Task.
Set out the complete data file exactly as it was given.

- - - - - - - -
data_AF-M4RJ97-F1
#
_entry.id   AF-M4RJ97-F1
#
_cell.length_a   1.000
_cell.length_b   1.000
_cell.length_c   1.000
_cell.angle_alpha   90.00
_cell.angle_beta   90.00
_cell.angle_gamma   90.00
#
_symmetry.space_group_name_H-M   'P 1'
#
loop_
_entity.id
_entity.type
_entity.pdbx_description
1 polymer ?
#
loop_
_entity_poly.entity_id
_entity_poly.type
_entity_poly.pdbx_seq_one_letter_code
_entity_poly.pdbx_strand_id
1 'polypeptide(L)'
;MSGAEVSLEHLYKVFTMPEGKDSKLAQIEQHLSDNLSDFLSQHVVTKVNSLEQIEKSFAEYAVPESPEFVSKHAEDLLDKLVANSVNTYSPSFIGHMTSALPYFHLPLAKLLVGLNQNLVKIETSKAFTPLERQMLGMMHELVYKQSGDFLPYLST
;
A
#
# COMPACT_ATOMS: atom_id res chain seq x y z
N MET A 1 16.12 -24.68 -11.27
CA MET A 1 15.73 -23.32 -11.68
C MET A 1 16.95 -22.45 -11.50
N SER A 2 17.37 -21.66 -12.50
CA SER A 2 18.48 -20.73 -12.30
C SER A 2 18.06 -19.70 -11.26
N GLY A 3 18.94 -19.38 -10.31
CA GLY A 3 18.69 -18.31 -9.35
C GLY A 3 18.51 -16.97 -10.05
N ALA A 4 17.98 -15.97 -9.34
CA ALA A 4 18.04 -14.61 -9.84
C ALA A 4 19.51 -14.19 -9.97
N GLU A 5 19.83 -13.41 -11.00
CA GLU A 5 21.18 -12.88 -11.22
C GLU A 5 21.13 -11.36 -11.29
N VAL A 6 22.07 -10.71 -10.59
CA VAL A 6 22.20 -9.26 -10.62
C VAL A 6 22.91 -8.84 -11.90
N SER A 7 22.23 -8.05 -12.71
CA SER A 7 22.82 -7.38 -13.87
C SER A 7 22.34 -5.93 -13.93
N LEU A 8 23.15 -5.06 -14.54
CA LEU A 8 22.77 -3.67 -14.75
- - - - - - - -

data_AF-M4RJ97-F1
#
_entry.id   AF-M4RJ97-F1
#
_cell.length_a   1.000
_cell.length_b   1.000
_cell.length_c   1.000
_cell.angle_alpha   90.00
_cell.angle_beta   90.00
_cell.angle_gamma   90.00
#
_symmetry.space_group_name_H-M   'P 1'
#
loop_
_entity.id
_entity.type
_entity.pdbx_description
1 polymer ?
#
loop_
_entity_poly.entity_id
_entity_poly.type
_entity_poly.pdbx_seq_one_letter_code
_entity_poly.pdbx_strand_id
1 'polypeptide(L)'
;MSGAEVSLEHLYKVFTMPEGKDSKLAQIEQHLSDNLSDFLSQHVVTKVNSLEQIEKSFAEYAVPESPEFVSKHAEDLLDKLVANSVNTYSPSFIGHMTSALPYFHLPLAKLLVGLNQNLVKIETSKAFTPLERQMLGMMHELVYKQSGDFLPYLST
;
A
#
# COMPACT_ATOMS: atom_id res chain seq x y z
N MET A 1 16.12 -24.68 -11.27
CA MET A 1 15.73 -23.32 -11.68
C MET A 1 16.95 -22.45 -11.50
N SER A 2 17.37 -21.66 -12.50
CA SER A 2 18.48 -20.73 -12.30
C SER A 2 18.06 -19.70 -11.26
N GLY A 3 18.94 -19.38 -10.31
CA GLY A 3 18.69 -18.31 -9.35
C GLY A 3 18.51 -16.97 -10.05
N ALA A 4 17.98 -15.97 -9.34
CA ALA A 4 18.04 -14.61 -9.84
C ALA A 4 19.51 -14.19 -9.97
N GLU A 5 19.83 -13.41 -11.00
CA GLU A 5 21.18 -12.88 -11.22
C GLU A 5 21.13 -11.36 -11.29
N VAL A 6 22.07 -10.71 -10.59
CA VAL A 6 22.20 -9.26 -10.62
C VAL A 6 22.91 -8.84 -11.90
N SER A 7 22.23 -8.05 -12.71
CA SER A 7 22.82 -7.38 -13.87
C SER A 7 22.34 -5.93 -13.93
N LEU A 8 23.15 -5.06 -14.54
CA LEU A 8 22.77 -3.67 -14.75